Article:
What Information Does a Credit Report Include?
Your credit report begins with your basic details – your full name, birth date, address, past addresses and so forth. Credit reports should no longer include details about liens and judgements, but bankruptcies do still appear.
Next, you’ll see an informational breakdown for each line of credit you have. Account time, account age, number of payments made, missed payments, late payments and other facts are all included. Payment history, credit utilization, credit type, account age and credit inquiries all factor into your credit score.
After a set period of time – seven years of 10 for a chapter 7 bankruptcy – accounts “fall off” your credit report. That means they don’t appear anymore and no longer impact your credit score.
What is a Credit Score?
A credit score is a number that third parties, especially lenders, use to assess the risk of lending you money. The score is one way banks, credit card companies and other institutions assess the likelihood that you can or will be able to pay off any debts you accumulate. A higher credit score indicates that your current financial circumstances and your historical behavior demonstrate a willingness and ability to pay off any loans you may be approved for.
In the United States the credit scoring system you will hear about most is the FICO score, a score used by the major credit agencies to rate your creditworthiness. Your FICO score will be between 300 and 850 with a higher score being better. When it comes to your credit, lenders may sometimes refer to it in terms of Credit Level or Credit Quality such as Poor, Fair/Average, Good or Excellent with each category referring to a range of FICO scores.
Poor credit is considered anyone with a FICO score under 580
Fair or Fair credit rating will be between 580 and 669
Good credit is between 670 and 739
Very Good credit is between 740 and 799
Excellent credit is anything above 800
The Components of Your Credit Score
The makeup of your FICO score is broken up into a bunch of major factors:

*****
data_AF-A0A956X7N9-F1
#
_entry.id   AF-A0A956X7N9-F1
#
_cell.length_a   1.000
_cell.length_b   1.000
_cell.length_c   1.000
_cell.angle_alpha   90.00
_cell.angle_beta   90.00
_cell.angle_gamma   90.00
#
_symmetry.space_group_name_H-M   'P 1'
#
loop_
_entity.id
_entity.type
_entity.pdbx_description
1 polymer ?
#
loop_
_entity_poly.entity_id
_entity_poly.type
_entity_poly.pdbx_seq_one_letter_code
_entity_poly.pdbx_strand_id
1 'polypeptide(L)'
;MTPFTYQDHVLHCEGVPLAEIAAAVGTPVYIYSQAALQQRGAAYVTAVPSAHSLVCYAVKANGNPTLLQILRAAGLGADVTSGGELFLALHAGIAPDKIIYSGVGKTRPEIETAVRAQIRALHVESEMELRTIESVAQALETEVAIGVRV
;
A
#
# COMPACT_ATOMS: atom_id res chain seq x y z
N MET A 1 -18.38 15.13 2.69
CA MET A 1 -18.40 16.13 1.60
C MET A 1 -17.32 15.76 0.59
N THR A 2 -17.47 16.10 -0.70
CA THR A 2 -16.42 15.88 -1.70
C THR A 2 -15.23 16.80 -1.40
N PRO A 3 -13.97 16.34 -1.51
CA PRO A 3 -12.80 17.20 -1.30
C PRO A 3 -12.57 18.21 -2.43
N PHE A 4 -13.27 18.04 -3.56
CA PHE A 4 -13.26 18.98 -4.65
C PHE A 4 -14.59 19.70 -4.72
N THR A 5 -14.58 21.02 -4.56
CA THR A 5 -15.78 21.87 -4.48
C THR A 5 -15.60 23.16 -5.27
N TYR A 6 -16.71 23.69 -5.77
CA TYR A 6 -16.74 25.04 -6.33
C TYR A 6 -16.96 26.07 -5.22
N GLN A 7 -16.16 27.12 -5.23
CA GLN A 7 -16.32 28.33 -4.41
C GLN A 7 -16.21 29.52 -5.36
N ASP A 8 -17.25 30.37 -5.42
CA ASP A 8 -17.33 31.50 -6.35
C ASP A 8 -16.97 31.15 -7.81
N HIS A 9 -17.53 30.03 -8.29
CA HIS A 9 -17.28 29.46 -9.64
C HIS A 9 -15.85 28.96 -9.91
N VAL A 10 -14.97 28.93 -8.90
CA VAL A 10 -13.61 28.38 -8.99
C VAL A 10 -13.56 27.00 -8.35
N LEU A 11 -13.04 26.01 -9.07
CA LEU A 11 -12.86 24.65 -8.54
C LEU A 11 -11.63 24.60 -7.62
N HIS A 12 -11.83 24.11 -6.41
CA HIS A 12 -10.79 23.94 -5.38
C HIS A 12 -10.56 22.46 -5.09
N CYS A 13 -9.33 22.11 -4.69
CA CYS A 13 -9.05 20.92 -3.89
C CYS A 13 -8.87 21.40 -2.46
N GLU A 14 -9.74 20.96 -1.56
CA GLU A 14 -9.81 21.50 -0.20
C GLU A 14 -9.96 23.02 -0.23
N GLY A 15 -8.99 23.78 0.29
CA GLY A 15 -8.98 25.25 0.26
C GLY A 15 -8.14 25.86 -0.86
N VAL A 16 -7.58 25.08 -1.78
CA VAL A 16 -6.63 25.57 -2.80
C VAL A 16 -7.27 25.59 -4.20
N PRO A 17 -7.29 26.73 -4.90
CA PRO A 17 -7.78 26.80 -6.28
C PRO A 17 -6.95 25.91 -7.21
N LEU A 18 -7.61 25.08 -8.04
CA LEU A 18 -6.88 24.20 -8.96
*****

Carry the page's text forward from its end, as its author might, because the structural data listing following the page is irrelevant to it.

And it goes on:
Payment History (35%)
Debt Burden (30%)
Length of History (15%)
Types of Credit (10%)
Recent Credit Searches(10%)
Your payment history is by and large the largest single component of your FICO score. The best way to think of your payment history is to consider it a track record of all the things you've done wrong when it comes to credit and a measure of how you behave when it comes to your debts. You don't get a boost for paying things on time as much as you get penalized for not doing so. A history marked with negative information would indicate that the person often faces difficulty meeting their debt obligations, or rather someone that has a risky attitude when it comes to their credit. Both are signals to the lender that they may want to be more cautious when it comes to making additional credit available.
The most common problem consumers face in the payment history component is late payments. Whether it was because you simply forgot or were struggling to make ends meet, being late on a monthly payment for your credit card or a loan will usually cause a negative adjustment on your credit score. How much of an impact can also depend on how late you were with the FICO score making larger downward adjustments the later it is. You will see this reflected on your credit report with late payments marked under categories like 30-days or 60-days etc. One thing to be aware of is missed or late payments on what may seem like trivial amounts can be just as damaging.
One major reason for keeping the number of credit cards and accounts you have at a manageable level is to avoid these issues. It's way too easy to open up a store credit card, make a charge on it and simply forget about the account. Even if you're making thousands of responsible payments on all your other accounts, forgetting to pay off the $50 you spent on that one off charge can dramatically hurt your credit score.